Impact of Community Health Workers on Older Adult Chronic Disease Management and Healthcare Costs Dr. Cheryl J. Dye Oconee Medical Center Presentation Dr. Deborah Willoughby 1-28-2009 Dr. Begum Aybar-Damali Project funded by HRSA Clemson University, SC Rural Health Care Services Outreach Grant Program 1 D04RH06789-01-00 Freda Merck RN, Director Oconee Medical Center Home Health Services, Seneca, SC
Oconee County, SC
Map of service area for Oconee Medical Center
Oconee County, SC Adults over the age of 65 years residing in Oconee County have higher rates of many chronic diseases and risk behaviors than their state and national counterparts. This county ranks 2nd in the state for the percentage of the population over 65 years of age at 15.6% (10,330). Of this population, 13.6% (1,405) live in poverty, compared to the national average of 9.9%.
Chronic Conditions and Risk Behaviors Variable 65 years and older Appalachia I Health District – SC US Oconee & Anderson Counties High blood pressure *** 57.4% 57.7% 54.1% High Cholesterol (yes)*** 58.7% 52.9% 47.9% Obesity**** 24.2% 25.0% 23.1% Diabetes (yes)**** 21.2% 19.4% 16.1% Not enough exercise* 64.6% 53.8% 52.8% Current smoker**** 12.3% 8.6% 9.1% *Defined as those not meeting the physical activity recommendation of moderate physical activity for 30 or more minutes per day for 5 or more days per week, or vigorous activity for 20 or more minutes per day on 3 or more days. ***2003 Behavioral Risk Factor Surveillance Study ****2004 Behavioral Risk Factor Surveillance Study
Rural Home Health Agencies Compared to urban elders, rural elders receive fewer home health care services, have worse outcomes and are more likely to be hospitalized (Schlenker, 2002). Rural and urban home health patients differ in a number of ways, with rural patients more likely to have long-term care needs versus urban beneficiaries who are more likely to need post- acute care. At discharge, rural residents were less likely to have their goals met and more likely to have a poor prognosis ( Gamm & Hutchison, et al, 2003 ).
SC Home Health Patients (age 65+) Hospitalization and ED Rate for 2001-2003* 2001 2002 2003 HH 2000 SETTING COUNTY TOTALS TOTAL PERCENT TOTAL PERCENT TOTAL PERCENT ED All Counties 40090 10870 27.11% 8548 21.32% 6915 17.25% ED Oconee 745 185 24.83% 170 22.82% 153 20.54% IP All Counties 40090 14827 36.98% 11239 28.03% 8887 22.17% IP Oconee 745 311 41.74% 236 31.68% 181 24.30% • The percentage of home health patients over the age of 65 years in Oconee County admitted to the Emergency Department was greater than the average of all South Carolina counties in 2002 and 2003. Hospitalization rates have been higher for the past three years (2001, 2002 and 2003). Note: Percentages based on number of home health patients by county identified in 2000 Note: ED = Emergency Department, IP = Inpatient Hospitalization *SC Office of Research and Statistics, 8-2005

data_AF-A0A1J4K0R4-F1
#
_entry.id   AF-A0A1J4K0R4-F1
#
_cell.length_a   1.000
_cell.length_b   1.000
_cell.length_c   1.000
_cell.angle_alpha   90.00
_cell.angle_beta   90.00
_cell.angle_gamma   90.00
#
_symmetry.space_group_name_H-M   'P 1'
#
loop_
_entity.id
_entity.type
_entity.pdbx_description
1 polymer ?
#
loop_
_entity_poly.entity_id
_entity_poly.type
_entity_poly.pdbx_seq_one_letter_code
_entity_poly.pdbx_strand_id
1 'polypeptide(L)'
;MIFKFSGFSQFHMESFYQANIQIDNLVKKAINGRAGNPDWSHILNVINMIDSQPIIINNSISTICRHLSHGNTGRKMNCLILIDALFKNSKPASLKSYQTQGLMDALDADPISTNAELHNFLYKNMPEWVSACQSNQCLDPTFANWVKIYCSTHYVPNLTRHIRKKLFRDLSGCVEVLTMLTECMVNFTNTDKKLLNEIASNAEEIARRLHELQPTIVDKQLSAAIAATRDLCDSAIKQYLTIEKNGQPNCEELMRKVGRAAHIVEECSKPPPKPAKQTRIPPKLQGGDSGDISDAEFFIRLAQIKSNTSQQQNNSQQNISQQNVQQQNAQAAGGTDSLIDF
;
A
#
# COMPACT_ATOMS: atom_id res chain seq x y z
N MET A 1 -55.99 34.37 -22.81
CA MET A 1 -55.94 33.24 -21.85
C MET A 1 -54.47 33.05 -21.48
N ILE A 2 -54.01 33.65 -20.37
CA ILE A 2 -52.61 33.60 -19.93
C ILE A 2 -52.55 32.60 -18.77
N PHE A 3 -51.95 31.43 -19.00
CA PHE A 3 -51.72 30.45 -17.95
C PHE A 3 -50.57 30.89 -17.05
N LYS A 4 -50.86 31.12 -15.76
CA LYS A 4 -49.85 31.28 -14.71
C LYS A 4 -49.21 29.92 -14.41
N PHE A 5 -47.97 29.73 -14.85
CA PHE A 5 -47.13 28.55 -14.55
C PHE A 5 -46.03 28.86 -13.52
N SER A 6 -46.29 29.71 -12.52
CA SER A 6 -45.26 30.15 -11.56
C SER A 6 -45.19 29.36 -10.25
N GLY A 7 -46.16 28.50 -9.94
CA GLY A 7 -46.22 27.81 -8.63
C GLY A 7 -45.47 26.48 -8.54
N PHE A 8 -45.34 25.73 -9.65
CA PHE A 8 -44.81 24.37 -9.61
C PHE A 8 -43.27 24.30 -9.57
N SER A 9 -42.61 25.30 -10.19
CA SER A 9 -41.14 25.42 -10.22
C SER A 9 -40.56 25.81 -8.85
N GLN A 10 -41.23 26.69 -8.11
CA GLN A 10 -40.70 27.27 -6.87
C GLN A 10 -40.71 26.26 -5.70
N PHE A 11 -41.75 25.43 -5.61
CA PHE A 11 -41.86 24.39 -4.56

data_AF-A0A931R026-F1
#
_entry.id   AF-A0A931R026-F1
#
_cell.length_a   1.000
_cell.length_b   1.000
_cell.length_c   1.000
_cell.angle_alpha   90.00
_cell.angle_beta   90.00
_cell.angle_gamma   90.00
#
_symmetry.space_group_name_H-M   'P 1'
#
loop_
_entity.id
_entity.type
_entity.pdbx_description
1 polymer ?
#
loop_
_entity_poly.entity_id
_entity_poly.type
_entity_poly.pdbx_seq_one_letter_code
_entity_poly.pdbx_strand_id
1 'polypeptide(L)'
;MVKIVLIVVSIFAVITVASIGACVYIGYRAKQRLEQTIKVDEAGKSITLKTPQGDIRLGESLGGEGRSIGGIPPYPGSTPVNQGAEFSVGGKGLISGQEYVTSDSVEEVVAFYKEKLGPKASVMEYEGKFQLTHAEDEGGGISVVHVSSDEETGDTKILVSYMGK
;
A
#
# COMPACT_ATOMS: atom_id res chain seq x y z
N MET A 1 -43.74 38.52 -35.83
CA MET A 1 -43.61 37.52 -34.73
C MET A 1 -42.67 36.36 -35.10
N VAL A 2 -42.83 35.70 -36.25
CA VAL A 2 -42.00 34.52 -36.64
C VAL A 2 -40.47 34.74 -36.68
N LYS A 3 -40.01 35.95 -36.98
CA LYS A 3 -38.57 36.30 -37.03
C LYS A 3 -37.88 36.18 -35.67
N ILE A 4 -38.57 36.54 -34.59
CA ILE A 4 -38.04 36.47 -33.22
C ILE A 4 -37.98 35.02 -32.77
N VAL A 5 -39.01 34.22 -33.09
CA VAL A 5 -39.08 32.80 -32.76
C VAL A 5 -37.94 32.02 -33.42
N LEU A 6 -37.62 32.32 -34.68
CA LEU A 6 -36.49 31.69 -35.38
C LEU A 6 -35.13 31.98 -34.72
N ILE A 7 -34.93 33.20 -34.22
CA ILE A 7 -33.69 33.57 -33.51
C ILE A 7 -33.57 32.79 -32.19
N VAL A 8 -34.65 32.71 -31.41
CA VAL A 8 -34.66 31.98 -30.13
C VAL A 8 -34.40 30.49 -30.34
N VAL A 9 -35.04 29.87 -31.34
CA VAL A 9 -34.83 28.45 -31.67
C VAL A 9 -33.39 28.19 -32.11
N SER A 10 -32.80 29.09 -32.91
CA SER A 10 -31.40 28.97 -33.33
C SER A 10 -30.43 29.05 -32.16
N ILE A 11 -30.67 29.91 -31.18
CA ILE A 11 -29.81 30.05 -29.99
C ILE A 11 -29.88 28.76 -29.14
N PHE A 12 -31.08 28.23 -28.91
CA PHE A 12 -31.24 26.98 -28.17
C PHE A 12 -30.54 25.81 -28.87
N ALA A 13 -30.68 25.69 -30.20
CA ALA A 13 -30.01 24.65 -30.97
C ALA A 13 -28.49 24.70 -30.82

Emergent Care of Oconee County Home Health Patients - 2005** % for OMH % for Quality Measures for Home Appalachia I State National Oconee County, SC Health Home Health Average Average (OASIS indicators) (DHEC) 34% 38% 30% 28% Percentage of patients who had to be admitted to the hospital 30% 26% 23% 21% Percentage of patients who need urgent, unplanned medical care ** Source: CMS website (www.medicare.gov/HHCompare), updated 7-14- 2005
OMC Discharge Data for Patients over 65 yr (12-03-03 to 11-30-04) Discharge data Readmission data Pneumonia 261 Congestive heart failure 46 Acute respiratory 247 Acute respiratory failure 45 failure Pneumonia 36 Congestive heart failure 158 Septicemia, NOS 25 Septicemia 127 Hypovolemia 19 Osteoarthros 114 Acute renal failure 17 Hypovolemia 73 OBS Chronic bronchitis 10 Atrial fibrillation 63 Acute pancreatitis 9 Acute renal failure 61 Pulmonary Embolism 8 OBS chronic bronchitis 57
Emergency Department Visits, OMH 2003, Aged 65 Years and Older # of Total Diseases of Circulatory # of Total Diabetes Visits Charges System Diagnosis* Visits Charges Diabetes with Acute Ischemic Heart Complications 45 $136,585 Disease 8 $32,829 Diabetes without Angina Pectoris 9 $30,797 Complications 12 $23,472 Arteriosclerotic Heart Selected Diseases of # of Total Disease 83 $700,067 Respiratory System Visits Charges Influenza* Cardiac Dysrhythmias 134 $898,501 Congestive Heart Failure 123 $648,904 Pneumonia (All Forms) 293 $2,469,620 Heart Attack 69 $984,852 Hypertensive Heart Disorder 5 $91,147 Total: # of visits= 480 Total Charges= $4,183,613 Pulmonary Heart Disease 16 $416,244 Other Heart Disease 33 $380,272 *Diagnoses with fewer than 5 visits are not reported.